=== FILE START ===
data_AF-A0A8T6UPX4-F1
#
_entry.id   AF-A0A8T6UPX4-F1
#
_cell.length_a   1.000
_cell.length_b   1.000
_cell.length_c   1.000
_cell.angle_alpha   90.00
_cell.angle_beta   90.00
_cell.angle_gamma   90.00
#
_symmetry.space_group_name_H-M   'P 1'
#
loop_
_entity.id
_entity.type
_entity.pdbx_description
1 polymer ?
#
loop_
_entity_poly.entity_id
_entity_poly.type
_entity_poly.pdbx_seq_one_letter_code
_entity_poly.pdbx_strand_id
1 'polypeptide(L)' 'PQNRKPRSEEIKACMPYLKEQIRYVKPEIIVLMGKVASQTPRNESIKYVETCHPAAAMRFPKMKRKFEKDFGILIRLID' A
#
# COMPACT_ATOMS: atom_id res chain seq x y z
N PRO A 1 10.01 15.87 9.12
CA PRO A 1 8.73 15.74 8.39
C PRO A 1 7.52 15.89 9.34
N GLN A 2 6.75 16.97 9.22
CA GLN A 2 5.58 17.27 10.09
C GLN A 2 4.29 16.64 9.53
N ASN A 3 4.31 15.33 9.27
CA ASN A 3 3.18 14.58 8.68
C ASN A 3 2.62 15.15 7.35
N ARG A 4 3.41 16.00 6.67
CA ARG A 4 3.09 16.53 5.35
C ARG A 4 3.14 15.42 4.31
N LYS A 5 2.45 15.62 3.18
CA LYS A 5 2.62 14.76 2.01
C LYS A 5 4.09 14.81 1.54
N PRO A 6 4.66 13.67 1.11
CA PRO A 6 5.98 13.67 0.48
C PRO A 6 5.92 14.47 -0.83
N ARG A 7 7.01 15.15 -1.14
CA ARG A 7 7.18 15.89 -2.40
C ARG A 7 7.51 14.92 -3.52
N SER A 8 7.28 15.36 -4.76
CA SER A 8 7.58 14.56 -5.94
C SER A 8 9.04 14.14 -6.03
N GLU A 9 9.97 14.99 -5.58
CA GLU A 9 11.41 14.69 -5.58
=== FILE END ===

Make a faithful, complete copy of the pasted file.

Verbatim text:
data_AF-A0A8T6UPX4-F1
#
_entry.id   AF-A0A8T6UPX4-F1
#
_cell.length_a   1.000
_cell.length_b   1.000
_cell.length_c   1.000
_cell.angle_alpha   90.00
_cell.angle_beta   90.00
_cell.angle_gamma   90.00
#
_symmetry.space_group_name_H-M   'P 1'
#
loop_
_entity.id
_entity.type
_entity.pdbx_description
1 polymer ?
#
loop_
_entity_poly.entity_id
_entity_poly.type
_entity_poly.pdbx_seq_one_letter_code
_entity_poly.pdbx_strand_id
1 'polypeptide(L)' 'PQNRKPRSEEIKACMPYLKEQIRYVKPEIIVLMGKVASQTPRNESIKYVETCHPAAAMRFPKMKRKFEKDFGILIRLID' A
#
# COMPACT_ATOMS: atom_id res chain seq x y z
N PRO A 1 10.01 15.87 9.12
CA PRO A 1 8.73 15.74 8.39
C PRO A 1 7.52 15.89 9.34
N GLN A 2 6.75 16.97 9.22
CA GLN A 2 5.58 17.27 10.09
C GLN A 2 4.29 16.64 9.53
N ASN A 3 4.31 15.33 9.27
CA ASN A 3 3.18 14.58 8.68
C ASN A 3 2.62 15.15 7.35
N ARG A 4 3.41 16.00 6.67
CA ARG A 4 3.09 16.53 5.35
C ARG A 4 3.14 15.42 4.31
N LYS A 5 2.45 15.62 3.18
CA LYS A 5 2.62 14.76 2.01
C LYS A 5 4.09 14.81 1.54
N PRO A 6 4.66 13.67 1.11
CA PRO A 6 5.98 13.67 0.48
C PRO A 6 5.92 14.47 -0.83
N ARG A 7 7.01 15.15 -1.14
CA ARG A 7 7.18 15.89 -2.40
C ARG A 7 7.51 14.92 -3.52
N SER A 8 7.28 15.36 -4.76
CA SER A 8 7.58 14.56 -5.94
C SER A 8 9.04 14.14 -6.03
N GLU A 9 9.97 14.99 -5.58
CA GLU A 9 11.41 14.69 -5.58